If you have a child or sibling who might be in the age range and interested in having their art work seen in this ‘moving museum’, the deadline is March 16th. Entries are encouraged to highlight the beauty and diversity of Utah’s communities and people. Pieces will be judged in four age categories: kindergarten-second grade, third to sixth grade, seventh to ninth grade and tenth through twelfth grade. The winning artwork will be displayed on UTA buses and trains for a year starting this April. Winners get at $50 gift card and the overall ‘Best of Show’ winner will get a $100 gift card, as well as the opportunity for that artist’s friends, family and the community to see their creation displayed prominently where public transportation is happening. All participants will also be entered to win a drawing for a one-day UTA family pass, although I personally think ALL participants should get a one day pass just for entering! Seriously, this is not just fun for aspiring young artists it’s a way for us to appreciate the diverse talents we have in our community. UTA will accept 2-D artwork made with paint, pencils, colored pencils, markers, digital programs, pastel’s and ink. Each entry has to have the theme of “Meet Your Neighbor” creatively displayed in the piece but doesn’t have to include any rendering of public transportation on it. For entry info: or drop submissions off at UTA, c/o Megan Waters: 669 W. 200 So. SLC


National monuments in Utah include the obvious: Timpanogas Cave, Bear’s Ears, the Grand Staircase-Escalante, Hovenweep, Dinosaur, Zion, Canyonlands, Arches, Bryce, Capitol Reef, etc. State monuments also include This Is the Place, the Seagull Monument at Temple Square, The Eagle Gate Monument on State Street and South Temple, Joseph Smiths birth place and many others.  I would think most people in our state have visited or have heard of our precious national monuments but very few would be pressed to know where some of these State monuments are located.

Brigham Young is buried just east of Temple Square at 140 East First Avenue. Surely, you’ve driven by it a million times if you live in or near the Avenues. At the site is a small garden with four plaques dedicated to the Mormon Pioneers (two of which are dedicated to well-known Mormon hymns).  The Seagull Monument is inside Temple Square and is dedicated to ‘the miracle of the gulls’ when supposedly Western Gulls descended out of nowhere to eat the invasion of Mormon Crickets that were annihilating the crops of the early pioneers in the year 1848. A block east are the metal arches above the intersection of State Street and South Temple. These were erected in 1859 and commemorates the original entrance to Brigham Young’s property at the mouth of City Creek Canyon. You’ve driven under this if you head up to the state capitol building.  It was originally topped by a wooden eagle (on display at the Daughters of Utah Pioneers Museum) but was replaced with a 4,000-pound bronze bird with a 20’ wingspan.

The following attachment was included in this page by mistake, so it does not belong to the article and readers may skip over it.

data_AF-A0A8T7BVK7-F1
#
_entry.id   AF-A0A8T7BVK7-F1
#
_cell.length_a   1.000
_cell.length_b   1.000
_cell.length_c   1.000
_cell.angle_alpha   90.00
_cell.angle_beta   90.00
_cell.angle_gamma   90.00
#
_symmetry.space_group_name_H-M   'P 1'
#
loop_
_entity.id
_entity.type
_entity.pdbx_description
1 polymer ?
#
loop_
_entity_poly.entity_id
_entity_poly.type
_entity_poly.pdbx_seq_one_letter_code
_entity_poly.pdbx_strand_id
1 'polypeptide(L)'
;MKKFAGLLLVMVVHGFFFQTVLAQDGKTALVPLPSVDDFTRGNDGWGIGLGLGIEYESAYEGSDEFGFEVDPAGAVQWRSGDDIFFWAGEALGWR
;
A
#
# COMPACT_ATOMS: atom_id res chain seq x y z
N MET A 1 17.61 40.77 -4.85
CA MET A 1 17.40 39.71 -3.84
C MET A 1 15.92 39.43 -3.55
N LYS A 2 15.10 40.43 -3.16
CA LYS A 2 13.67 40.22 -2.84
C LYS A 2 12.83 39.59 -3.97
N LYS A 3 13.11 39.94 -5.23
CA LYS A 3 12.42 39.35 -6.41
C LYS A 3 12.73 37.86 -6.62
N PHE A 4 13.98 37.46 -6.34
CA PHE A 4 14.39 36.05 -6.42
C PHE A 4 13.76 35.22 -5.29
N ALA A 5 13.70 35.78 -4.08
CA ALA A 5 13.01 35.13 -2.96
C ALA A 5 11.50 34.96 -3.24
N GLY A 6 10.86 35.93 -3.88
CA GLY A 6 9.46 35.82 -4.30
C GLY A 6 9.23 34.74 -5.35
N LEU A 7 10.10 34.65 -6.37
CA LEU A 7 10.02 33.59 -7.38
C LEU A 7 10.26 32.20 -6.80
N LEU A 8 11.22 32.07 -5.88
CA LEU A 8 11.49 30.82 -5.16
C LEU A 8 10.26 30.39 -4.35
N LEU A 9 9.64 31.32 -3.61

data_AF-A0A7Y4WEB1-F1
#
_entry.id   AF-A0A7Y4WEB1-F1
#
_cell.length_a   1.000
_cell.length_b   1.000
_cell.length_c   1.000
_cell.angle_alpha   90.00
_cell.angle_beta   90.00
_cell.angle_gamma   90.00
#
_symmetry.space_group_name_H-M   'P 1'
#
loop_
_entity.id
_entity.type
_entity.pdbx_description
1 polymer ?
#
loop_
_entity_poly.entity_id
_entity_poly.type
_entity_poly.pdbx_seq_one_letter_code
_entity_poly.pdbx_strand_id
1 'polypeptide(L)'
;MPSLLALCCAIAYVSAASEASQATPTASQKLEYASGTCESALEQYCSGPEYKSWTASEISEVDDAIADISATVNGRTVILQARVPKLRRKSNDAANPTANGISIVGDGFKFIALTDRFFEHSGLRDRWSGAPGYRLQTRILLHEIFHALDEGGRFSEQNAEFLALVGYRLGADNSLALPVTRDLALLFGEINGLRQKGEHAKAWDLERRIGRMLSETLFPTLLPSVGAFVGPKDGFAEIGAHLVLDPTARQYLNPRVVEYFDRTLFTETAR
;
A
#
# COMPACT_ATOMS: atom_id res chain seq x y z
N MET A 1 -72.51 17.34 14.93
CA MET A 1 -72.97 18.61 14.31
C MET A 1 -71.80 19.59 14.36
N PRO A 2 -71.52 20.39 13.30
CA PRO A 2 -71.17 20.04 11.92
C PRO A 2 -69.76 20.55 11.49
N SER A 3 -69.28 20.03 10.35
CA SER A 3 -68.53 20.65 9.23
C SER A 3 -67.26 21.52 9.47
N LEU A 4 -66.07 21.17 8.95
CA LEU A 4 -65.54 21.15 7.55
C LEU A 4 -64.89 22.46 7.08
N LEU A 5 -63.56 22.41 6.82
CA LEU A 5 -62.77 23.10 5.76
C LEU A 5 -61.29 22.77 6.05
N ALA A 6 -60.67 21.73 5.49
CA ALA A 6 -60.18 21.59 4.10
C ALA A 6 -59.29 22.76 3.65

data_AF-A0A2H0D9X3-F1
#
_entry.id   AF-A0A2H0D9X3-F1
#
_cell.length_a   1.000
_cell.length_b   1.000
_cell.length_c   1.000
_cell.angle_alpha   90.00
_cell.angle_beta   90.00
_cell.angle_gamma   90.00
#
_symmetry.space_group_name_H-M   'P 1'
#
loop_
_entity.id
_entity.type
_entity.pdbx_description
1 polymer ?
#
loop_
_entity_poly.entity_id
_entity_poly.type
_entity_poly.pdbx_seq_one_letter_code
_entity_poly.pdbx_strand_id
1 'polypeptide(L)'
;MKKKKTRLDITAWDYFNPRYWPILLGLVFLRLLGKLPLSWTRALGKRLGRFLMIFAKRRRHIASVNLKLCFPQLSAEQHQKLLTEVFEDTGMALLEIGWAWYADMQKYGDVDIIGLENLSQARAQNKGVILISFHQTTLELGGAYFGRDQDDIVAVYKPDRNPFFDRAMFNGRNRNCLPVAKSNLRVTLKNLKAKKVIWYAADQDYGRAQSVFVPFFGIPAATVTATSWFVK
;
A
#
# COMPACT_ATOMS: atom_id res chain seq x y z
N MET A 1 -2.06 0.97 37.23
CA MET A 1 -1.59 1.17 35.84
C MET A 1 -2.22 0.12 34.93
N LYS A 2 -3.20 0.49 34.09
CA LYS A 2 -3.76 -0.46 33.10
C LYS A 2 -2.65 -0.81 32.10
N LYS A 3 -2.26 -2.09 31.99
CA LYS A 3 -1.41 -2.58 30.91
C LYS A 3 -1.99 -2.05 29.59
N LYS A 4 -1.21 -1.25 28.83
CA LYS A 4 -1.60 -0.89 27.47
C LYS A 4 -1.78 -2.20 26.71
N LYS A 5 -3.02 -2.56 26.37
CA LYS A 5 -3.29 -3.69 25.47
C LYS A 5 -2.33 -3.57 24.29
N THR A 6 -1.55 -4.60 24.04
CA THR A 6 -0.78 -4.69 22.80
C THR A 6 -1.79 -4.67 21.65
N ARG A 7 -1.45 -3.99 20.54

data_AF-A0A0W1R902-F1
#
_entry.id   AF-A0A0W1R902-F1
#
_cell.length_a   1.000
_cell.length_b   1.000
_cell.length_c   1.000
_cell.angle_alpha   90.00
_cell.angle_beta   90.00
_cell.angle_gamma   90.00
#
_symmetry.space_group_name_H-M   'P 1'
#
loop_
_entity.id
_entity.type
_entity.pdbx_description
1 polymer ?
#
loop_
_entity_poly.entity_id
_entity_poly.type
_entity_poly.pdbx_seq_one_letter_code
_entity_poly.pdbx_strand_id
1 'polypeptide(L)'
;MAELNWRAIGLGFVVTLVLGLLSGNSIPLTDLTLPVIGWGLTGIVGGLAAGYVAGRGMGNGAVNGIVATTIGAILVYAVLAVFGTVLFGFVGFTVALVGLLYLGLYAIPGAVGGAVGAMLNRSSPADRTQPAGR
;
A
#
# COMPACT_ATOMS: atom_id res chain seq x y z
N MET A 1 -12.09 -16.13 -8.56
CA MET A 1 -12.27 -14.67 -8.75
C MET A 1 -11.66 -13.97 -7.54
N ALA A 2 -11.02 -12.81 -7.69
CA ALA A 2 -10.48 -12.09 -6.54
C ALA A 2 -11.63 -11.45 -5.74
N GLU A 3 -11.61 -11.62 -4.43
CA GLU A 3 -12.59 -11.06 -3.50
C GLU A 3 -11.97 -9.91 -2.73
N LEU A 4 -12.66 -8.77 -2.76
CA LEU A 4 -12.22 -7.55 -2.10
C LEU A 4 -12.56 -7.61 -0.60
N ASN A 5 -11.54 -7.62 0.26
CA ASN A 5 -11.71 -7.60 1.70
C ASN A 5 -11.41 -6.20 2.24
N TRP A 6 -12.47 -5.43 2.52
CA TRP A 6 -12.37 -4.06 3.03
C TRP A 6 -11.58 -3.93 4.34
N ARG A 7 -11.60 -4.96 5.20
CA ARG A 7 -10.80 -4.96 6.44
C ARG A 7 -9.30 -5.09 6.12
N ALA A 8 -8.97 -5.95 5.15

Why do I mention monuments? One potential site has been in the news lately because a local developer wanted to build a high-end celebrity rehab center right above it, making access to the public difficult or not at all. I tell of our legendary beautiful Bridal Veil Falls in Provo Canyon. Legend has it that an indigenous girl named Norita fell in love with a rival tribe boy named Grey Eagle. The classic Romeo and Juliet-like story went simply that elders from both tribes found out about the forbidden love and told her that they had killed her lover, and so she leapt over the falls to join him in the spirit world. Mother Nature felt badly for the girl and turned her hair into a bridal veil of falling water. It’s a drop dead gorgeous site because it’s a year-round stream of water that flows 607 feet down from springs above Cascade Mountain there in the canyon. It’s a natural wonder and I don’t believe this kind of thing should ever be owned privately.

Luckily Utah County Commissioners placed the county-owned falls in a protected conservation easement last year. This pissed off the potential developer who then filed a lawsuit. Luckily Richard Losee, the developer, has now backed off of the lawsuit since Utah County has asked state legislators to designate this a state monument this year which will protect this natural landmark for future generations.

Homebuyer Help

You’d have to live on the dark side of the moon if you haven’t heard of Ivory Homes. The developer has been building homes in this state for 30+ consecutive years, with 20,000+ homes built and sold, 70+ communities established, 100+ different home designs and 45+ model homes to choose from. The CEO, Clark Ivory has been obsessed with trying to figure out how to get affordable housing into the mix of options for Utah’s homebuyers. He’s certainly not alone because politicians, bankers, business leaders, developers big and small statewide are trying to figure out this damnable housing problem.

As we know, this state is undergoing unpreceded growth with more people moving here than leaving, and all needing a place to live that they can afford. Sadly, Ivory and his minions have come head to head with local communities in trying to increase density where traditional zoning laws make it nearly impossible to building nothing more than single family homes on large lots. We aren’t building any more land, and the future is grim for homebuyers if we don’t start revamping how many dwellings can go on one lot. Ivory is attempting to bring more housing options into our future, with plans for homes with ADU’s (accessory dwelling units), and homes on smaller lots in some subdivisions where allowed.

Ivory Homes is offering “Workforce Housing” for owner occupied homes (not rentals) to first time homebuyers, first responders, teachers, veterans and military, nurses, construction workers, police officers and public employees. Rules to qualify for Ivory’s special affordable housing are simple: use their preferred lender and you can’t use your own REALTOR because they don’t offer any commission to your agent. You of course can pay for your own representation.

The Salt Lake Board of REALTORS is currently offering a limited number of $5000 grants to single parents who are first time homebuyers and the deadline for applications is April 23rd. Applicants can contact for more information. Other assistance can be found through the Utah Housing Corp. which offers mortgage loans around the state to qualified first time homebuyers